• Meal expenses for travel unless you were required to work away from home overnight

• Private travel or private transport of bulky goods or equipment

• Everyday clothes to wear to work — such as a suit or black pants — even if your employer requires you to wear them

• Deductions for cleaning eligible work clothes without showing how you calculated the cost

• Higher education contributions charged through the HELP scheme

• Self-education expenses if the study is not connected with your current job

• Private use of phone or internet

• Upfront deductions for tools and equipment costing more than $300 each. These must be depreciated over time.

Credits:

Anthony Keane

Personal Finance Writer at News Corp

www.news.com.au

RBA Board Meeting Decision June Posted on: June 8, 2017

Summary:

The board at the RBA has decided to leave the cash rate unchanged at 1.50 per cent.Growth is expected in many advanced economies around the world; however, there are still uncertainties. The Chinese economy has been growing, supported by spending on infrastructure and construction of property. In the world, inflation rates have moved higher over the past year, reflecting higher commodity prices. Core inflation is low, and interest rates in the U.S. are expected to increase. Overall, financial markets have been functioning effectively.

Commodity prices are higher than they were a year ago, which has provided a boost to the national income of Australia. Business conditions have improved, and business investment has picked up amidst the decline in mining investment. Employment growth has been stronger in the past months; however, hours worked remain weak. Wage growth has remained low and is likely to continue as such.

Conditions in the property market have varied considerably around the country. Eastern capital cities will see an additional supply of apartments and rent will increase at its slowest for over two decades.

With this information, the board has decided that the best course of action is to keep the cash rate unchanged at 1.50 per cent.

In a Nutshell:

  • Economies around the world are expected to see growth, with inflation rates having moved higher over the past year.
  • Commodity prices are higher than they were before, increasing the national income of Australia. Business conditions have imrpvoed and investment has picked up.
  • The property market varies considerably around the country, with an increase in the supply of apartments helping to slow the increase in rent.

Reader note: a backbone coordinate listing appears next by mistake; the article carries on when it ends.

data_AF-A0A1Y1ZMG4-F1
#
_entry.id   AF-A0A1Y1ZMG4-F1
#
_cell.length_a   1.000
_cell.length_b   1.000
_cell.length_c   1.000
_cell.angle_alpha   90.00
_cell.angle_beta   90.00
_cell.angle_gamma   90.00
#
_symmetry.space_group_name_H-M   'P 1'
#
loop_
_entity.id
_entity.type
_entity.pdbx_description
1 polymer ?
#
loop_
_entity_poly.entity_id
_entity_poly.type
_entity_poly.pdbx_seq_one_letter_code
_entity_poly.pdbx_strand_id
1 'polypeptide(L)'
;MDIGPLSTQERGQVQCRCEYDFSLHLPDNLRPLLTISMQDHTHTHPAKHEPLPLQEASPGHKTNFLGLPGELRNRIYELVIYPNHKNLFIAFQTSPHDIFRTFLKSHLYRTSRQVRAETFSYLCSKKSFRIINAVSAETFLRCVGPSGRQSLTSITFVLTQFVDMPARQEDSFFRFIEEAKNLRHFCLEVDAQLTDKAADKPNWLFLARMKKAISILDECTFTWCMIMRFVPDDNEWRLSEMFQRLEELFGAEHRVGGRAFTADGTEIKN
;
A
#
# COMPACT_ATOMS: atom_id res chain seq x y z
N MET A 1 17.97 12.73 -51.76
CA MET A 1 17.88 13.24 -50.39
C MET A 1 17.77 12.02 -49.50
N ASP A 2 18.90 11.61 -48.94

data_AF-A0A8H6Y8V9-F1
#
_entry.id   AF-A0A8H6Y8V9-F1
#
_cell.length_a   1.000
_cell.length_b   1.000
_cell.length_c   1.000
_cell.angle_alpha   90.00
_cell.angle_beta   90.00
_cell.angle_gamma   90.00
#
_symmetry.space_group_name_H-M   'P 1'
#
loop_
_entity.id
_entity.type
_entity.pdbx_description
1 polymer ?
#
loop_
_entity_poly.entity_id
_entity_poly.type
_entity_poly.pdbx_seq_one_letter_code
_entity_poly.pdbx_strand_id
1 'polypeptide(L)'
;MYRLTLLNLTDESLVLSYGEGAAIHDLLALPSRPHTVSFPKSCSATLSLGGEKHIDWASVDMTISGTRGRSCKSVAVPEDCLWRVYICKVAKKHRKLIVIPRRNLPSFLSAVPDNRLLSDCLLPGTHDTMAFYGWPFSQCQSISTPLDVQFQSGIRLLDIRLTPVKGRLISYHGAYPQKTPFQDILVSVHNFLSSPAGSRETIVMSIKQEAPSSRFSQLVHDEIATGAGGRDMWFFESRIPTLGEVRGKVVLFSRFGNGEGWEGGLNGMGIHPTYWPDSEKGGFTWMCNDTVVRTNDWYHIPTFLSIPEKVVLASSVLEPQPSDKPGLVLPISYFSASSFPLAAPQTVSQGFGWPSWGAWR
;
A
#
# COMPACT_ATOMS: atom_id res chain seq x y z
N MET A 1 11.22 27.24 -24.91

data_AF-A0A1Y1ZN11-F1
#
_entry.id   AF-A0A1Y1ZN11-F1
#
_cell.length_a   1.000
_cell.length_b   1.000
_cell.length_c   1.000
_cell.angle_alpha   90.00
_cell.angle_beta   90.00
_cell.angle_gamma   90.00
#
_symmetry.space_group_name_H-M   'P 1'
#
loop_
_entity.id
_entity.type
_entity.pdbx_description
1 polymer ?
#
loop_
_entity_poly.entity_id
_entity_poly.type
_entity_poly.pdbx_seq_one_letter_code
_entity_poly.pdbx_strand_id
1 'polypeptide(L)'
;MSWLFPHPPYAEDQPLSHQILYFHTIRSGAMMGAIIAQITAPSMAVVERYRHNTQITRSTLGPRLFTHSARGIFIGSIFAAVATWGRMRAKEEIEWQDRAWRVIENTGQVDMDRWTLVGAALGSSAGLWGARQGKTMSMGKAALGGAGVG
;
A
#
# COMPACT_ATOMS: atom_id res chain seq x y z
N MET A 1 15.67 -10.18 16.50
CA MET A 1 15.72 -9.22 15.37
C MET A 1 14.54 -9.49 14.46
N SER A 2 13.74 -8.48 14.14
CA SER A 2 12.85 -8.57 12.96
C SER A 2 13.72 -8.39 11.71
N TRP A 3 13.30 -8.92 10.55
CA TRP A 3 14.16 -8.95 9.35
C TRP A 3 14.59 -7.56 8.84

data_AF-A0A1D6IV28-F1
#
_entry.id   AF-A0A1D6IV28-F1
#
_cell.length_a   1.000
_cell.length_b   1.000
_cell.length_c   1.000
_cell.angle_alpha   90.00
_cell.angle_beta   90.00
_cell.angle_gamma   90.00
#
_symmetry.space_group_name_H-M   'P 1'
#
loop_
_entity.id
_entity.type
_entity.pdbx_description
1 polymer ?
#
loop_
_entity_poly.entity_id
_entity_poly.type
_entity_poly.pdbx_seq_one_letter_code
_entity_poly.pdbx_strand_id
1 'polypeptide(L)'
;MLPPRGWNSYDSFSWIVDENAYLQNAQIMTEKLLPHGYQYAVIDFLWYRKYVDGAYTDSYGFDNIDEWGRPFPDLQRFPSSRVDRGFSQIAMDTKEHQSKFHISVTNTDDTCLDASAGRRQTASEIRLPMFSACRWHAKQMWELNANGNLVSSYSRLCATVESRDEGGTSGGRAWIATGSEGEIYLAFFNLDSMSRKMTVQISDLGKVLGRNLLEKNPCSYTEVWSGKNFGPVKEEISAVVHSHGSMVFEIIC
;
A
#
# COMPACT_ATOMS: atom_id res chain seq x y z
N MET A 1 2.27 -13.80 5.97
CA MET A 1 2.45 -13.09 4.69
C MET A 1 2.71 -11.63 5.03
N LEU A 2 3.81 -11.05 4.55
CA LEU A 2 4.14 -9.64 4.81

Read On: Statement by Philip Lowe, Governor: Monetary Policy Decision:

At its meeting today, the Board decided to leave the cash rate unchanged at 1.50 per cent.

The broad-based pick-up in the global economy is continuing. Labour markets have tightened further in many countries and forecasts for global growth have been revised up since last year. Above-trend growth is expected in a number of advanced economies, although uncertainties remain. In China, growth is being supported by increased spending on infrastructure and property construction, with the high level of debt continuing to present a medium-term risk. Commodity prices are generally higher than they were a year ago, providing a boost to Australia's national income. The prices of iron ore and coal, however, have declined over recent months as expected, unwinding some of the earlier increases.

Headline inflation rates in most countries have moved higher over the past year, partly reflecting the higher commodity prices. Core inflation remains low, as do long-term bond yields. Further increases in US interest rates are expected over the year ahead and there is no longer an expectation of additional monetary easing in other major economies. Financial markets have been functioning effectively.

Domestically, the transition to lower levels of mining investment following the mining investment boom is almost complete. Business conditions have improved and capacity utilisation has increased. Business investment has picked up in those parts of the country not directly affected by the decline in mining investment. Year-ended GDP growth is expected to have slowed in the March quarter, reflecting the quarter-to-quarter variation in the growth figures. Looking forward, economic growth is still expected to increase gradually over the next couple of years to a little above 3 per cent.